If your child asks a question, you might be tempted to bat it away and say, ‘don’t worry about that.’ Be sure you answer it, otherwise, your child might fill the knowledge gap with worries (often inaccurate or extremely unlikely scenarios), information from another child or social media. Their questions are your chance to help them understand the world’s events in a safe, calm and measured environment. It’s OK to say you don’t know the answer. If it’s a factual question, you could fact check together using an age-appropriate and accurate information source.
The way that you act and talk about the situation will strongly influence your child’s sense of danger about it. The single most powerful thing that you can do in times of uncertainty is to transmit calm. Endless reassuring statements from parents (‘don’t worry’) are likely counterproductive. Evidence shows that calm, practical and open discussions while maintaining all your family’s usual routines are the most effective ways to make children feel safe. Keep calm and carry on.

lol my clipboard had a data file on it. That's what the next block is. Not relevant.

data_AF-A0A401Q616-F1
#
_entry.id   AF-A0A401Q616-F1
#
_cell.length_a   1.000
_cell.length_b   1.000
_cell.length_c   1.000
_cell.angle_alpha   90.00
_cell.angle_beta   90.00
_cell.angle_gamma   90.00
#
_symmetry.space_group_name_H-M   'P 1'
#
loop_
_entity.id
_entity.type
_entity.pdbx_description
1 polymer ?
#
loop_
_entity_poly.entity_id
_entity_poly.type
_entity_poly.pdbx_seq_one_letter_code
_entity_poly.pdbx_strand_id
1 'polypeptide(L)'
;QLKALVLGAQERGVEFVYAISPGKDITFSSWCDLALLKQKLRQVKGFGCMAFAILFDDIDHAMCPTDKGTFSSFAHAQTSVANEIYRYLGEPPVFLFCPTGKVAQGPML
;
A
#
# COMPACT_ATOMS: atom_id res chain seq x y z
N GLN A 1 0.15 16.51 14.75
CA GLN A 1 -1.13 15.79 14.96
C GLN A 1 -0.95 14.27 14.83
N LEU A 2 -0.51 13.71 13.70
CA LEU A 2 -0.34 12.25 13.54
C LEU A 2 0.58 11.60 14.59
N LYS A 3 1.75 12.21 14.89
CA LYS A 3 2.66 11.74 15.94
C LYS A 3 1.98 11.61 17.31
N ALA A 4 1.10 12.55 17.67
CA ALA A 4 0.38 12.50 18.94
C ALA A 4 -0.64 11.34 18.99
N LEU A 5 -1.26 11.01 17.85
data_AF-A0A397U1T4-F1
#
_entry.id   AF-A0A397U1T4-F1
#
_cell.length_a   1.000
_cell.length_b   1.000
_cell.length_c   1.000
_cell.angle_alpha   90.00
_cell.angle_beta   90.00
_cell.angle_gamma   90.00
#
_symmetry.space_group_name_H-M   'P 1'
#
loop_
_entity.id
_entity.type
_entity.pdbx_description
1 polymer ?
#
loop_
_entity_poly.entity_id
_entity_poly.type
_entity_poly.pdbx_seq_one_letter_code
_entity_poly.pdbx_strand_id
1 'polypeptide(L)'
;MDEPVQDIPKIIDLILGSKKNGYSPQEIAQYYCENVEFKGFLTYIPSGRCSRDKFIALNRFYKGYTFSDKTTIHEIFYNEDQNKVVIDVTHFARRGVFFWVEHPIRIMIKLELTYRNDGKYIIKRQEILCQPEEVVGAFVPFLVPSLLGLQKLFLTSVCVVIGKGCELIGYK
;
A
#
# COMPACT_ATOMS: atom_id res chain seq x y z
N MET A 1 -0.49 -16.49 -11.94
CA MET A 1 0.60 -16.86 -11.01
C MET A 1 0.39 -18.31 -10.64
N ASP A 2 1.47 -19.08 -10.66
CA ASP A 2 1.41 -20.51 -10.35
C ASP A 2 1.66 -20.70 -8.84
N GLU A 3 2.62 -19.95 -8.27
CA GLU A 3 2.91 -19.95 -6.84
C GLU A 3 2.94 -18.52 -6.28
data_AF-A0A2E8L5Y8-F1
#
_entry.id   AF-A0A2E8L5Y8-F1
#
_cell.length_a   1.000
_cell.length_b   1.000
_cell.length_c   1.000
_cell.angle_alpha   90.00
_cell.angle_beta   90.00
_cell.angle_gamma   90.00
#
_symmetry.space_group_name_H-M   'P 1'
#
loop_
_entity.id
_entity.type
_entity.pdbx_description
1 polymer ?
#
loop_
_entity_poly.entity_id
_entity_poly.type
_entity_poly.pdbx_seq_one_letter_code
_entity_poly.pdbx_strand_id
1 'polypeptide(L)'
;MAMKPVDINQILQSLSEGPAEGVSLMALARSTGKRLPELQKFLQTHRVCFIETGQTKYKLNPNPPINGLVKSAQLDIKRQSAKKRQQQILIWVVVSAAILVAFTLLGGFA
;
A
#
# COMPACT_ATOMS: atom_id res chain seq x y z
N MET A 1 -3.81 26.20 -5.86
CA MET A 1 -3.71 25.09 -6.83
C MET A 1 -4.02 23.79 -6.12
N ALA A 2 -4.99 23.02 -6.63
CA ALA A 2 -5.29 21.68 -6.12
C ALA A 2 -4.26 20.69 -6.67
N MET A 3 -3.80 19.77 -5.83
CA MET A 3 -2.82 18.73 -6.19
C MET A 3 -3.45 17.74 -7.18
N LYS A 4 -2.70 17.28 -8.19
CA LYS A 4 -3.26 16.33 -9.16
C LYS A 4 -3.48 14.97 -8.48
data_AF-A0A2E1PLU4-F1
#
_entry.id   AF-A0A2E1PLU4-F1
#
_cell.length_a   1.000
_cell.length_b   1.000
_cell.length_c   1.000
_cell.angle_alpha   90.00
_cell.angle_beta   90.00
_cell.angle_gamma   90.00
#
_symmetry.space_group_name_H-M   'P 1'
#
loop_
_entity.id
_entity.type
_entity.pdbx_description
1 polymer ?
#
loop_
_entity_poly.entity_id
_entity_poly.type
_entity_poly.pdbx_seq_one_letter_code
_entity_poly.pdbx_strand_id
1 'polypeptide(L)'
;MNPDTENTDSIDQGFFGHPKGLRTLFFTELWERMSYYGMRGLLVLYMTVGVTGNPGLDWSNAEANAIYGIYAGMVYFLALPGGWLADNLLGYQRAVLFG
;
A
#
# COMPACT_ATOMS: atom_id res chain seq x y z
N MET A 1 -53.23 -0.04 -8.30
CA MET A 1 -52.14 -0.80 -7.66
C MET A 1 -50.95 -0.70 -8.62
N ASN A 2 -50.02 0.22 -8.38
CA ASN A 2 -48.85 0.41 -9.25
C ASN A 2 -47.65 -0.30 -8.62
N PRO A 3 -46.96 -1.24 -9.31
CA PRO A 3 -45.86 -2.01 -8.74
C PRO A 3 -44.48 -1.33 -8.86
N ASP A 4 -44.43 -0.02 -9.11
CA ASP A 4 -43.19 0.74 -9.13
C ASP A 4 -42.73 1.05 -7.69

What can I do if my child is worrying about the news all the time?
If your child is feeling anxious, hold in mind that it is an understandable reaction to extraordinary events. It doesn’t mean that they have a mental health disorder. Remember that everyone experiences difficult emotions, like anxiety, from time to time and understanding that it is normal to feel all sorts of emotions, is an important part of wellbeing. In general, it’s a good idea to make a habit of encouraging your child to name both positive and negative emotions, so that they learn to link feelings in their body or thoughts in their head, with a label. The capacity to describe emotions is a skill like any other and it needs regular practice, but this ability will mean your child learns to express and manage emotions appropriately - and that is key to good mental health.